China-Philippines trade may be affected - experts

Updated: 2012-05-14 07:45

By Li Jiabao (China Daily)

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China-Philippines trade may be affected - experts
Passengers checking in at Cebu Air Inc counters in Ninoy Aquino International Airport Terminal 3 in Manila, capital of the Philippines. China National Tourism Administration advised its nationals not to visit the island country on Thursday over safety concerns. China is the fourth largest market for tourists going to the Philippines. Edwin Tuyay / Bloomberg

Fruit imports and tourism already being affected by island dispute

If tensions are not eased over Huangyan Island, trade prospects between China and the Philippines will be affected and economic sanctions might be applied, experts said.

"For the moment the dispute will not have a great effect on bilateral trade because government decisions have a delayed impact on trade performance," Zhao Jianglin, an economic expert at the China Academy of Social Sciences' Institute of Asia-Pacific Studies, told China Daily on Friday.

"But if the tensions continue to develop with no relief, the bilateral trade relationship as well as tourism and investments will have a negative effect and China may consider economic sanctions against the Philippines," she said.

China maintains it has sovereignty over the island and was angered by the harassment by the Philippines' navy of Chinese fishermen in the vicinity.

The Chinese ambassador to the Association of Southeast Asian Nations, Tong Xiaolong, said on Tuesday that "if the Huangyan Island situation keeps developing, bilateral ties, including the trade relationship, will surely be affected".

China is the third largest trade partner of the Philippines and the Philippines is China's sixth largest trade partner among ASEAN members. Bilateral trade grew fast over the past decade and reached $30 billion in 2011, according to the Chinese embassy in the Philippines. During President Benigno Aquino III's visit to China last year, both governments agreed to expand trade to $60 billion by 2016 and make China the biggest export market for the Philippines.

Wang Zaibang, vice-president of the China Institute of Contemporary International Relations, said the impact on trade has begun to show after China's tourism authorities urged people not to visit and quality watchdogs imposed stricter inspections on fruit from the Philippines.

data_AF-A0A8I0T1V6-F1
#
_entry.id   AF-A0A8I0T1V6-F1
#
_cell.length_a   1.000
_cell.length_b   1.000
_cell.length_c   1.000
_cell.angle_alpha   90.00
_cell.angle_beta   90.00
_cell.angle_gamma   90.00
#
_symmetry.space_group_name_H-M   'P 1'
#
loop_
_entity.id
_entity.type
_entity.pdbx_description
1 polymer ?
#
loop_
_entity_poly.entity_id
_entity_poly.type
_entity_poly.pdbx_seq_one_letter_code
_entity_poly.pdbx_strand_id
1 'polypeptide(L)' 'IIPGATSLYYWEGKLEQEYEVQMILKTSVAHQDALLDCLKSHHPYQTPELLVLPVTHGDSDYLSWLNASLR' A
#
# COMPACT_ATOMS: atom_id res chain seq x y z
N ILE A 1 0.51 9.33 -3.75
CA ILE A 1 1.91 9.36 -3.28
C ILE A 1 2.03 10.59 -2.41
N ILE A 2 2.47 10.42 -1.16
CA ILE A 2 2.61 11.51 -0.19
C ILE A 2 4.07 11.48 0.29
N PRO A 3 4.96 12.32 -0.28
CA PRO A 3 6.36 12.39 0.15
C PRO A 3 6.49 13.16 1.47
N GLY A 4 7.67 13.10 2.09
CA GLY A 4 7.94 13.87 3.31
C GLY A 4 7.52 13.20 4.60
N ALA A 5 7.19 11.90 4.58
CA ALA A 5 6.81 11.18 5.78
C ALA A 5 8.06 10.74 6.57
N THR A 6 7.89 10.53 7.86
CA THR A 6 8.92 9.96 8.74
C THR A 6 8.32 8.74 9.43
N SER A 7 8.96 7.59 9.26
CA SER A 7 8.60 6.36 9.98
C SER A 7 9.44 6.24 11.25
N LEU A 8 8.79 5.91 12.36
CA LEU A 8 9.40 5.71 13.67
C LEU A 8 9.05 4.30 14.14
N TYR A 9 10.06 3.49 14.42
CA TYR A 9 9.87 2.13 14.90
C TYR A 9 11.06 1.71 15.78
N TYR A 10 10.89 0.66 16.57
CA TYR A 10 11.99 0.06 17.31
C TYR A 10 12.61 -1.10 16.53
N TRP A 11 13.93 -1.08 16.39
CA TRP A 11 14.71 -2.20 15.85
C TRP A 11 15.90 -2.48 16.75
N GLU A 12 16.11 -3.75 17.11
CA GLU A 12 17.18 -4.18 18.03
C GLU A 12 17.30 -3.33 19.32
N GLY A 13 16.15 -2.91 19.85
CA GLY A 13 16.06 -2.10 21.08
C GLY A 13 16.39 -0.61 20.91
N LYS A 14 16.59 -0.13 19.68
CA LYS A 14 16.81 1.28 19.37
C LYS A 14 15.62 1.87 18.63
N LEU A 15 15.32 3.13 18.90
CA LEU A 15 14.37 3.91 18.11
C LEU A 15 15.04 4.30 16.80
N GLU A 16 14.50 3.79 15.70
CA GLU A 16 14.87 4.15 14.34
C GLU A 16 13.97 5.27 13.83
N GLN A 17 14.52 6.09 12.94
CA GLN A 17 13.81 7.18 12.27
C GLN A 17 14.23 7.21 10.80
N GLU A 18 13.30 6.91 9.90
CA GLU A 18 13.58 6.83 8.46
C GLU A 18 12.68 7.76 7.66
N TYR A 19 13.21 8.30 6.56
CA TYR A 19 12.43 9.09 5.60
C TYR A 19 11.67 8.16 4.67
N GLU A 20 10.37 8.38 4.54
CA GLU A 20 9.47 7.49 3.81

"In addition to the great effect on Philippines' tourism, the country's exports to China will be severely affected if the situation is not resolved. The bilateral trade, a small share of China's foreign trade, is closely related to the Philippines' economic growth," he said.

China's quality watchdog, the General Administration of Quality Supervision, Inspection and Quarantine, recently issued a notice of stricter inspections for harmful organisms in fruit from the Philippines after bacteria and insects were found in bananas and pineapples and other fruit from last year. Local authorities are told to send samples containing living species to a laboratory for further testing. The fruit will be returned or destroyed if harmful organisms are found. Half of the Philippines' bananas are exported to China.

"The notice is a warning to the Philippines. The move of enhancing fruit quality inspections, which is convenient and easy to operate, intends to test the reaction of the Philippines before economic sanctions are introduced. Lengthy inspections or customs declarations will result in the fruit rotting and cause losses for exporters," Zhao said.

China National Tourism Administration advised Chinese nationals not to visit the island country on Thursday over safety concerns. China is the fourth largest market for tourists to the Philippines, with 243,137 Chinese tourists visiting last year, accounting for 6.21 percent of the Philippines' 3.9 million tourists in 2011, according to the Department of Tourism of the Philippines.

The tense situation also put Chinese investments and construction projects in the Philippines under risk because "the excited masses could cause great trouble to Chinese investors and workers", said Wang of the China Institute of Contemporary International Relations.

China's non-financial direct investment in the Philippines amounted to $251 million by the end of June 2011 and the value of contracted projects was $7.9 billion by the same period.

Wang added that if the situation cannot be successfully resolved China will resort to sanctions including limiting imports from the Philippines and reducing Chinese investment in the country.

"China is expanding domestic consumption and economic sanctions against the Philippines will deprive the country of the huge market in China and a good chance for the country to maintain high-speed economic growth," Wang said.

Zhao added that economic sanctions, once introduced by China, would have a very adverse effect on the Philippines' economy because of the country's high labor costs and high incidence of poverty - as much as 55 percent of the population.

But she played down the possibility of economic sanctions after the Philippines resumed diplomatic dialogue with China on Wednesday.

"China is indeed willing to develop good trade relationships with the Philippines and both parties can cooperate on developing the natural resources in the South China Sea. The huge energy demands of fast economic growth can partly explain the country's risky move in the South China Sea," Zhao said.

Wang said that the successful resolution of the dispute will lift the bilateral trade relationship to a higher level and set a good example for solving other disputes in the South China Sea.

"The Philippines has embarked on fast economic development and China can be a good opportunity for the country in providing foreign investment. In the long run, both countries need to enhance trade because a confrontation benefits no one," Zhao said.